When he had finished, he fell into his old attitude, and taking up the boot again, mused for some time. 'And this,' he said, at last, 'is an English boot, is it? This is a London boot, eh?' 'That, sir,' I replied, 'is a London boot.' He mused over it again, after the manner of Hamlet with Yorick's skull; nodded his head, as who should say, 'I pity the Institutions that led to the production of this boot!'; rose; put up his pencil, notes, and paper - glancing at himself in the glass, all the time - put on his hat - drew on his gloves very slowly; and finally walked out. When he had been gone about a minute, the door reopened, and his hat and his head reappeared. He looked round the room, and at the boot again, which was still lying on the floor; appeared thoughtful for a minute; and then said 'Well, good arternoon.' 'Good afternoon, sir,' said I: and that was the end of the interview.
There is but one other head on which I wish to offer a remark; and that has reference to the public health. In so vast a country, where there are thousands of millions of acres of land yet unsettled and uncleared, and on every rood of which, vegetable decomposition is annually taking place; where there are so many great rivers, and such opposite varieties of climate; there cannot fail to be a great amount of sickness at certain seasons. But I may venture to say, after conversing with many members of the medical profession in America, that I am not singular in the opinion that much of the disease which does prevail, might be avoided, if a few common precautions were observed. Greater means of personal cleanliness, are indispensable to this end; the custom of hastily swallowing large quantities of animal food, three times a-day, and rushing back to sedentary pursuits after each meal, must be changed; the gentler sex must go more wisely clad, and take more healthful exercise; and in the latter clause, the males must be included also. Above all, in public institutions, and throughout the whole of every town and city, the system of ventilation, and drainage, and removal of impurities requires to be thoroughly revised. There is no local Legislature in America which may not study Mr. Chadwick's excellent Report upon the Sanitary Condition of our Labouring Classes, with immense advantage.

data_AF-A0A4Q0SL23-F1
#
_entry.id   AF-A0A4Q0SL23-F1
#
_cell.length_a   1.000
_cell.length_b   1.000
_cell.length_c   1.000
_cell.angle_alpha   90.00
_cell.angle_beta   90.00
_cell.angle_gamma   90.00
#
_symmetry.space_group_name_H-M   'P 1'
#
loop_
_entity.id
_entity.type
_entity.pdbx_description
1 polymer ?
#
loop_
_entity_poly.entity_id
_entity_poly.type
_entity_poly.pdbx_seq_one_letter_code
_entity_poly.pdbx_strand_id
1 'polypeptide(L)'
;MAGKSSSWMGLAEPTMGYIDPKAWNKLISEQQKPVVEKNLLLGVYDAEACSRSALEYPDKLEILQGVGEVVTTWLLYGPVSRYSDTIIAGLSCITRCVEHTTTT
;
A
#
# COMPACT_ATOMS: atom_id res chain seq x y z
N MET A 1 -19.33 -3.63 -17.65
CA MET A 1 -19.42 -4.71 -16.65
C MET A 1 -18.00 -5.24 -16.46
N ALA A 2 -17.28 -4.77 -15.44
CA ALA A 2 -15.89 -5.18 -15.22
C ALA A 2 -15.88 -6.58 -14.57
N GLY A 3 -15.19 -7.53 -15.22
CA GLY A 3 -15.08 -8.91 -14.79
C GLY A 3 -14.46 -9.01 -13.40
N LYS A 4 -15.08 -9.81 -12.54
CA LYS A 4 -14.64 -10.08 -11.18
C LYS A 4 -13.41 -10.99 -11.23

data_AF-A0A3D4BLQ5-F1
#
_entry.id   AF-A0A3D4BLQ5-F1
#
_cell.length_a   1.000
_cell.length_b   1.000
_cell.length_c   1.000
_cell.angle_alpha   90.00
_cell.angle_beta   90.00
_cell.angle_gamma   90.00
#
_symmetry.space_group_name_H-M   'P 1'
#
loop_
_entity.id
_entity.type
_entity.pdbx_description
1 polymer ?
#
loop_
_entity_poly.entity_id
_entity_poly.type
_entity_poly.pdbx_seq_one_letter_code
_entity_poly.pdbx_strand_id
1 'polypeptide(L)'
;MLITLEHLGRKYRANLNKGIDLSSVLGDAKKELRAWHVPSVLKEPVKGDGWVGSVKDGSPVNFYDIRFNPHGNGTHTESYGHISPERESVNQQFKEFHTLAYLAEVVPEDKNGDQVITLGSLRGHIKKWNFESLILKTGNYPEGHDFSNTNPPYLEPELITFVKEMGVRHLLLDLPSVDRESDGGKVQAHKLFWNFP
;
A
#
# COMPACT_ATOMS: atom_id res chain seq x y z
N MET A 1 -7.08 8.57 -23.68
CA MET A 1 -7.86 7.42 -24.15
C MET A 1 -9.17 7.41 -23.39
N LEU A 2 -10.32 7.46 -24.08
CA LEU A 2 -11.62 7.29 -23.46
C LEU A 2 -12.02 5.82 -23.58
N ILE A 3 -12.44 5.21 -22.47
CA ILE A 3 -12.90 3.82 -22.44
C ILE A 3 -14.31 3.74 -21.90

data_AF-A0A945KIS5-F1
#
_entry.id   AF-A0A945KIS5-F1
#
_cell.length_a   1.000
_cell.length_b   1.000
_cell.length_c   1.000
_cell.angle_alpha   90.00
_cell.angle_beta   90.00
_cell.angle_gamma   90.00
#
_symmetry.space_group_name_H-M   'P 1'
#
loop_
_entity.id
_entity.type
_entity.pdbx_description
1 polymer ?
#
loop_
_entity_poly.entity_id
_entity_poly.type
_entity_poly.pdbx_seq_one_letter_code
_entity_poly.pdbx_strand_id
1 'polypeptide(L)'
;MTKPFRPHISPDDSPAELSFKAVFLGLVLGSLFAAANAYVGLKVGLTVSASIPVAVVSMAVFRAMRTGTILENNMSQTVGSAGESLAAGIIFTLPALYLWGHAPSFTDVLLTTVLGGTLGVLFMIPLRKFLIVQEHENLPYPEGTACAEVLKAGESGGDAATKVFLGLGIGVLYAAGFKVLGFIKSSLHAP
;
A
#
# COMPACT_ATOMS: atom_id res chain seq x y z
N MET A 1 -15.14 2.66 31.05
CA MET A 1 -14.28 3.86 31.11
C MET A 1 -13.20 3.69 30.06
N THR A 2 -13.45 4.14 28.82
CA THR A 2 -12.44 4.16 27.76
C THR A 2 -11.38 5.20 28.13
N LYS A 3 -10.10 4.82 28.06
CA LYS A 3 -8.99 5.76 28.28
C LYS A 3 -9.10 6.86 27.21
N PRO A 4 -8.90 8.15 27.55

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I HAVE now arrived at the close of this book. I have little reason to believe, from certain warnings I have had since I returned to England, that it will be tenderly or favourably received by the American people; and as I have written the Truth in relation to the mass of those who form their judgments and express their opinions, it will be seen that I have no desire to court, by any adventitious means, the popular applause.
It is enough for me, to know, that what I have set down in these pages, cannot cost me a single friend on the other side of the Atlantic, who is, in anything, deserving of the name. For the rest, I put my trust, implicitly, in the spirit in which they have been conceived and penned; and I can bide my time.
I have made no reference to my reception, nor have I suffered it to influence me in what I have written; for, in either case, I should have offered but a sorry acknowledgment, compared with that I bear within my breast, towards those partial readers of my former books, across the Water, who met me with an open hand, and not with one that closed upon an iron muzzle.
AT a Public Dinner given to me on Saturday the 18th of April, 1868, in the City of New York, by two hundred representatives of the Press of the United States of America, I made the following observations among others:
'So much of my voice has lately been heard in the land, that I might have been contented with troubling you no further from my present standing-point, were it not a duty with which I henceforth charge myself, not only here but on every suitable occasion, whatsoever and wheresoever, to express my high and grateful sense of my second reception in America, and to bear my honest testimony to the national generosity and magnanimity.